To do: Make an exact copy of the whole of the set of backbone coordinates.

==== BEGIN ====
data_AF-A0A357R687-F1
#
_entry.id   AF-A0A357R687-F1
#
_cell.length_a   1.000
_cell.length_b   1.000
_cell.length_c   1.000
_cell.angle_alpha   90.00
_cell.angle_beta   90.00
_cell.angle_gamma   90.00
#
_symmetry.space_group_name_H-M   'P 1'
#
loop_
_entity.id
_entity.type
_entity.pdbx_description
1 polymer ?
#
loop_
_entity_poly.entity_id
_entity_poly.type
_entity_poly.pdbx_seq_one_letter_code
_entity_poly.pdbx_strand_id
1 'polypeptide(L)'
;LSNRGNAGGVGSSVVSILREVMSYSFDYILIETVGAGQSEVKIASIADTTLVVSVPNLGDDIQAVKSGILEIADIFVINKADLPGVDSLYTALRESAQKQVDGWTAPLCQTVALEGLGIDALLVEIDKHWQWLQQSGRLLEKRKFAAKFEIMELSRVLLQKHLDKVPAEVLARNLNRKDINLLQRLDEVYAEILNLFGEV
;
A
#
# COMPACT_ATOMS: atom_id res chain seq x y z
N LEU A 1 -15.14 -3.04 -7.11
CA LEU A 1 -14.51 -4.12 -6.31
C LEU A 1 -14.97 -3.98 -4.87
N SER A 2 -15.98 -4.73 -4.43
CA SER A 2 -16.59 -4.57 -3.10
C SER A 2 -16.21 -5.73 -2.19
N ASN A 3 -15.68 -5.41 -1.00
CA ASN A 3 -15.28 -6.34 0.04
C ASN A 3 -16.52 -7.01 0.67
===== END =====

data_AF-A0A357R687-F1
#
_entry.id   AF-A0A357R687-F1
#
_cell.length_a   1.000
_cell.length_b   1.000
_cell.length_c   1.000
_cell.angle_alpha   90.00
_cell.angle_beta   90.00
_cell.angle_gamma   90.00
#
_symmetry.space_group_name_H-M   'P 1'
#
loop_
_entity.id
_entity.type
_entity.pdbx_description
1 polymer ?
#
loop_
_entity_poly.entity_id
_entity_poly.type
_entity_poly.pdbx_seq_one_letter_code
_entity_poly.pdbx_strand_id
1 'polypeptide(L)'
;LSNRGNAGGVGSSVVSILREVMSYSFDYILIETVGAGQSEVKIASIADTTLVVSVPNLGDDIQAVKSGILEIADIFVINKADLPGVDSLYTALRESAQKQVDGWTAPLCQTVALEGLGIDALLVEIDKHWQWLQQSGRLLEKRKFAAKFEIMELSRVLLQKHLDKVPAEVLARNLNRKDINLLQRLDEVYAEILNLFGEV
;
A
#
# COMPACT_ATOMS: atom_id res chain seq x y z
N LEU A 1 -15.14 -3.04 -7.11
CA LEU A 1 -14.51 -4.12 -6.31
C LEU A 1 -14.97 -3.98 -4.87
N SER A 2 -15.98 -4.73 -4.43
CA SER A 2 -16.59 -4.57 -3.10
C SER A 2 -16.21 -5.73 -2.19
N ASN A 3 -15.68 -5.41 -1.00
CA ASN A 3 -15.28 -6.34 0.04
C ASN A 3 -16.52 -7.01 0.67